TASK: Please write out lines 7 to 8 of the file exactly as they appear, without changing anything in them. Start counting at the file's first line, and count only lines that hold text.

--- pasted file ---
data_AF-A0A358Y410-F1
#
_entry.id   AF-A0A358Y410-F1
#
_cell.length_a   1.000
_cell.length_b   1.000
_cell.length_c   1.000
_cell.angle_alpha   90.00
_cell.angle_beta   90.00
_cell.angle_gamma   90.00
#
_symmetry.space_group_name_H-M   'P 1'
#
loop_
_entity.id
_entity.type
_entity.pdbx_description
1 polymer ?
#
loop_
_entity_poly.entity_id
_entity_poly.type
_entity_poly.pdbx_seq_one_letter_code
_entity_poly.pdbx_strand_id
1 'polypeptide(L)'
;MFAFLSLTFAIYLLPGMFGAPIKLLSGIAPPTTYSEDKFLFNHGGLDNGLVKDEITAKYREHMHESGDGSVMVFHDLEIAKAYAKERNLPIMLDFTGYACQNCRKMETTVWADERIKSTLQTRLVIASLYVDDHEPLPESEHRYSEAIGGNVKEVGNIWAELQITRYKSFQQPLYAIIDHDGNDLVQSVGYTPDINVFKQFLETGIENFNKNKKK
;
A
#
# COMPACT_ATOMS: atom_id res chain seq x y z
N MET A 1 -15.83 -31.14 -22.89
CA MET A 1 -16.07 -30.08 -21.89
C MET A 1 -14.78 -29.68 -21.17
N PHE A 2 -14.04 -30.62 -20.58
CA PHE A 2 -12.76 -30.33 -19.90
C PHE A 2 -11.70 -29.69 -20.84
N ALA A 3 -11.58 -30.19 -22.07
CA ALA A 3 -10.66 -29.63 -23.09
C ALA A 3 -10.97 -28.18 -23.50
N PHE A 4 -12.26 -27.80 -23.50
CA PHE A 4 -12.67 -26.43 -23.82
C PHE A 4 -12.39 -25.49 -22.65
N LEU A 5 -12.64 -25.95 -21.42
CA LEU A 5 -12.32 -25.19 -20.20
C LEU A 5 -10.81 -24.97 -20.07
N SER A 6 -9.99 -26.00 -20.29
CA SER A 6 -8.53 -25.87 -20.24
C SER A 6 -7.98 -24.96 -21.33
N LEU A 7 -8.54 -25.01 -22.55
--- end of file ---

_cell.length_c   1.000
_cell.angle_alpha   90.00